Summary of Better Small Talk

Talk to Anyone, Avoid Awkwardness, Generate Deep Conversations, and Make Real Friends

Connecting with others is vital for health, and the quality of communication matters, too. A study done showed that deep conversations are necessary for happiness and well-being.

The author describes how to move beyond small talk in this book. The first step to a meaningful conversation is to prepare oneself psychologically. A 2014 study by Epley and Schroeder revealed that commuters who spoke to strangers felt more connected than those who didn’t talk or go about their usual routine. Also, a study done by Sandstrom and Dunn showed that being efficient stops people from being happy at times. Those who engaged with people around them and smiled were happier. Many assume they’re better off keeping to themselves, but this is false. The author advises people to create conversation resumes that include one’s funniest stories, most notable accomplishments, points of view on various topics, and unique life experiences. This conversation resume should allow one to draw from a wide range of subjects so that an awkward silence can be avoided and one has something meaningful to share with others.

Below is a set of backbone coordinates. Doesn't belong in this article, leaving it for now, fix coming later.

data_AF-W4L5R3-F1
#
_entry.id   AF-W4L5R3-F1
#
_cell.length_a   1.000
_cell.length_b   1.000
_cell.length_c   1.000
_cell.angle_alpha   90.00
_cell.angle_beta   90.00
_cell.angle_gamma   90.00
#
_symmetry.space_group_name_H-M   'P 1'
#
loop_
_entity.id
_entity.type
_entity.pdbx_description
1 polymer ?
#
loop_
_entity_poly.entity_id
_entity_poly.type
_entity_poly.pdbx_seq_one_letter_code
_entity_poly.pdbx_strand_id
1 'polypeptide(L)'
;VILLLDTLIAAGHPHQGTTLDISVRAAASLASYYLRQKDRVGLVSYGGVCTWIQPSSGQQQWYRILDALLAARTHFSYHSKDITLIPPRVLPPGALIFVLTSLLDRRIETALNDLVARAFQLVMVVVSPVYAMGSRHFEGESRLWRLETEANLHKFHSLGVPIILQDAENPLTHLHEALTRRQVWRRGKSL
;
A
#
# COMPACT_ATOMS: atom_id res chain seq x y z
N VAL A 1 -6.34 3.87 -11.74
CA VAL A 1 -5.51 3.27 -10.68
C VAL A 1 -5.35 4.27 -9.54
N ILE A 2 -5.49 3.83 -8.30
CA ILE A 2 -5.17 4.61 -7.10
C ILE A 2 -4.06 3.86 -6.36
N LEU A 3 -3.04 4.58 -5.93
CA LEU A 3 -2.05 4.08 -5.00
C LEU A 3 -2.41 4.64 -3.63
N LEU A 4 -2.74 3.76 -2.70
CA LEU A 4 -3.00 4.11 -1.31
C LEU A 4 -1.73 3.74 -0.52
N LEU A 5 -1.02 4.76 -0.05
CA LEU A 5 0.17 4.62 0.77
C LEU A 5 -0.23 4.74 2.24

There are 4 levels of conversation and this is how they progress:

1. small talk centers around topics everyone can speak about

2. fact disclosure

3. opinion disclosure is the third stage. Talk for a while until you find some common opinions, but don’t pry

4. disclosure is where people share their feelings directly with one another, and this stage tends to grow deeper when in a meaningful relationship.

It’s a good idea to signal comfort and familiarity to people you want to get to know. It’s essential to set the tone so it’s appropriate for the conversation at hand. Overthinking, over-planning, analyzing, or holding back can lead to a stifling of the conversation. A lot of people discuss safe and boring topics that might be dull. Be playful and relaxed, and don’t be literal with your words. Be expressive and colorful. Exaggerating, misinterpreting for fun, hypothetical questions, and sarcasm can lighten a conversation.